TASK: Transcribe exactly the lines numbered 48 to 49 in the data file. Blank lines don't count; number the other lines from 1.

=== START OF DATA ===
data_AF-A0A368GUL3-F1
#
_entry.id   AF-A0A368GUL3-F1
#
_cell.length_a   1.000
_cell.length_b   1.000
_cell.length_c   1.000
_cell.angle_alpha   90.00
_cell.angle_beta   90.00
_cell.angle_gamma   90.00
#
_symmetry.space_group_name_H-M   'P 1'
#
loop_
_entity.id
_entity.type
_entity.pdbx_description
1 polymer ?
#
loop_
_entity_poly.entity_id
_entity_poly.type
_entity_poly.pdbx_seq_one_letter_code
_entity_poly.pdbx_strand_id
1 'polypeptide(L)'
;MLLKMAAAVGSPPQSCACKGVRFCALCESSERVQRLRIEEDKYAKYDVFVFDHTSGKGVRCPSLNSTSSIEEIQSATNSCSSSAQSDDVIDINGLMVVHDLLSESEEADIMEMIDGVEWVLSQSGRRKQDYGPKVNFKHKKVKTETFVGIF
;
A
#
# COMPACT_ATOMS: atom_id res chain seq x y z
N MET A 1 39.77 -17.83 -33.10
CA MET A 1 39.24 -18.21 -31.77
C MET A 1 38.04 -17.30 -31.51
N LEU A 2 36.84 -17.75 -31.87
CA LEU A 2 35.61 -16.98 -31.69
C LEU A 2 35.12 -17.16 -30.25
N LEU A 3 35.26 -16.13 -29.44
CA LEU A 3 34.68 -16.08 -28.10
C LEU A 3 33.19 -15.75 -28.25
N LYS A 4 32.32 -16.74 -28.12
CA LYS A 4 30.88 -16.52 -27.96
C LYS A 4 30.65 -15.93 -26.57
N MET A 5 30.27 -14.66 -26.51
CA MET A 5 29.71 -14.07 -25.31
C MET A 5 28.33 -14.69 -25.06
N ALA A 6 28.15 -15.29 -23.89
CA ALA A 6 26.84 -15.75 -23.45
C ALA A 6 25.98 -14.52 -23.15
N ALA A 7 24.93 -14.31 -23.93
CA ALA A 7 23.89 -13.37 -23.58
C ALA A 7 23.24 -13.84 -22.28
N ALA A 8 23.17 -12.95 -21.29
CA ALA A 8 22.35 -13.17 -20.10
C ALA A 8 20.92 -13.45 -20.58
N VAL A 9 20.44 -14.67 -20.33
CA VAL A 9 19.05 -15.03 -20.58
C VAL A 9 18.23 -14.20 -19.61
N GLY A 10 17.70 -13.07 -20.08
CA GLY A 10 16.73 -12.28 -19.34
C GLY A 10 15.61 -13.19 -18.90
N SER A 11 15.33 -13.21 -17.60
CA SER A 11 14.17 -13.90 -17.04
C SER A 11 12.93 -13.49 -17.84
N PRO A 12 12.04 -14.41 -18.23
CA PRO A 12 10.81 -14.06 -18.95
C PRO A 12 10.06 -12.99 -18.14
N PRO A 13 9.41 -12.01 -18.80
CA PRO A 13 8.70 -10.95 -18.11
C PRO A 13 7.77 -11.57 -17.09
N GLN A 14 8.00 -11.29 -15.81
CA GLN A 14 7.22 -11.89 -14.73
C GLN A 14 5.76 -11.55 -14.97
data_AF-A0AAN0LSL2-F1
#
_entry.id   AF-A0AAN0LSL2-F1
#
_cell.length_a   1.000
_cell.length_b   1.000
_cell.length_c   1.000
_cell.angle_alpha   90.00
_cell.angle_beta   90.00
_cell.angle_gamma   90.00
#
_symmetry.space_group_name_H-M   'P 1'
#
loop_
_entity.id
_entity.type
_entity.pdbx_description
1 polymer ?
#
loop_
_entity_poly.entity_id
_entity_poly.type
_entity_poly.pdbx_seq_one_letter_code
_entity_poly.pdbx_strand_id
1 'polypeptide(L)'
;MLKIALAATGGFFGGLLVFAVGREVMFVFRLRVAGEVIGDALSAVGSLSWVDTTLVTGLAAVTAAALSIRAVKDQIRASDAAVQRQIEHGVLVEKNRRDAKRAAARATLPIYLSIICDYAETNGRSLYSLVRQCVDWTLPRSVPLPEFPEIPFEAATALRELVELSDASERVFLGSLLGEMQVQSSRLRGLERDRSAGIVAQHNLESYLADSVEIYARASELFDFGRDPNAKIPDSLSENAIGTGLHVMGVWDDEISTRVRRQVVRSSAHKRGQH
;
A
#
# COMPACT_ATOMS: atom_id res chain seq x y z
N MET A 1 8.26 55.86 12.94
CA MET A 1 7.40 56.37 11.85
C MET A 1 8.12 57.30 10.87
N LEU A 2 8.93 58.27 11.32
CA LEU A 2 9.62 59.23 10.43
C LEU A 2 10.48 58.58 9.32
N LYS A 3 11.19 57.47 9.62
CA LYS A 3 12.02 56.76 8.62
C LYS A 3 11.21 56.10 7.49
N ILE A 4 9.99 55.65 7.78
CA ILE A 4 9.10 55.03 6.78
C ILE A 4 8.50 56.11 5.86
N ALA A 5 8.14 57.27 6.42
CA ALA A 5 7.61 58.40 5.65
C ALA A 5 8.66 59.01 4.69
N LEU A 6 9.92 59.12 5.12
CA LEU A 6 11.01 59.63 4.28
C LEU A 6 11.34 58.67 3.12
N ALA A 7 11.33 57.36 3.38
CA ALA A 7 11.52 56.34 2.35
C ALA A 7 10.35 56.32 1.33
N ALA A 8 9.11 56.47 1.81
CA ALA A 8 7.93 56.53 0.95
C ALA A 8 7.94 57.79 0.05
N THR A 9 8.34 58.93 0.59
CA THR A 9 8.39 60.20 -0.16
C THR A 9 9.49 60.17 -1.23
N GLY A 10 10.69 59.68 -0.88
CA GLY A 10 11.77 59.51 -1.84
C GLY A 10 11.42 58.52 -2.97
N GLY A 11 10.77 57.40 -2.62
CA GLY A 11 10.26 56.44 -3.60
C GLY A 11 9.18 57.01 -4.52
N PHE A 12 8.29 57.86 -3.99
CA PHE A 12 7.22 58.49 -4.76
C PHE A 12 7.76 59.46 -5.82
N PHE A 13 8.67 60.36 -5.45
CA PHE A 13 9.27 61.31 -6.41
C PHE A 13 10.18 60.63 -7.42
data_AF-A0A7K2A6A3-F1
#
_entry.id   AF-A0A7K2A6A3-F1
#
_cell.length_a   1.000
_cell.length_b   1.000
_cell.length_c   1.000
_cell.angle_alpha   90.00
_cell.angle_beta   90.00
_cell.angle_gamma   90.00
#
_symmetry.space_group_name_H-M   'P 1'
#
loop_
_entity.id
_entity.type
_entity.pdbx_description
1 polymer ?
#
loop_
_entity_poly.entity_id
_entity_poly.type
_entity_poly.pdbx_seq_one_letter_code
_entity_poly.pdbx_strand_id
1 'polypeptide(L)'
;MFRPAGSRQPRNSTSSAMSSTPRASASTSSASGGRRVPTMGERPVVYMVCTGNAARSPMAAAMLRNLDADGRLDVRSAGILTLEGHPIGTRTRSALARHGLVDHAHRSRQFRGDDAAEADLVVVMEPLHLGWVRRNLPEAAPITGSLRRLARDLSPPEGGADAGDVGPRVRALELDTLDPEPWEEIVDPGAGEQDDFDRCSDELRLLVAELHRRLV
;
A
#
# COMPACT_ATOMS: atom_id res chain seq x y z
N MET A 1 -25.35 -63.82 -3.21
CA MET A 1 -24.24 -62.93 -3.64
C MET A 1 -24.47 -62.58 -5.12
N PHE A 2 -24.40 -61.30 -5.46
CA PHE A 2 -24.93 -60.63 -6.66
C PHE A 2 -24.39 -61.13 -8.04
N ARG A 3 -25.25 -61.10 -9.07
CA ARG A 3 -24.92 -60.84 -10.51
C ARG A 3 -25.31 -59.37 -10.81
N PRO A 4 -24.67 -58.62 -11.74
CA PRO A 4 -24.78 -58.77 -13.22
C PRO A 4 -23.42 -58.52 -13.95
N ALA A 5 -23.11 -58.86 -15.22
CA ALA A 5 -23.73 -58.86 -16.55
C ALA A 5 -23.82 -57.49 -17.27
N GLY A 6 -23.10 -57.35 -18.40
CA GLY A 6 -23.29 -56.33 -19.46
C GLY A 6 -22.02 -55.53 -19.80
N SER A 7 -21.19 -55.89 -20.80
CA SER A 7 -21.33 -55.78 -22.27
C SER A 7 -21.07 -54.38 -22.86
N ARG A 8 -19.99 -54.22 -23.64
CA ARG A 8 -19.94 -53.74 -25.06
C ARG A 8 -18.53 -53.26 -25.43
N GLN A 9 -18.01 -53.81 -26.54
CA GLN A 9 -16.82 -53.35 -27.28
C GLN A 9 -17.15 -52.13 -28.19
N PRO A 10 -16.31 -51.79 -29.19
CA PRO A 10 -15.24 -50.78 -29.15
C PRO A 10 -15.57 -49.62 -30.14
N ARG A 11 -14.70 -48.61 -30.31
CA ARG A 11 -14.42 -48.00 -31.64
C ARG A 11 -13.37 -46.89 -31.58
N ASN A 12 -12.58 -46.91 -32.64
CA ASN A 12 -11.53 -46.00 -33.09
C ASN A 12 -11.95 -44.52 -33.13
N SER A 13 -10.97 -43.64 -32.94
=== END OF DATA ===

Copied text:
C ALA A 6 25.98 -14.52 -23.15
N ALA A 7 24.93 -14.31 -23.93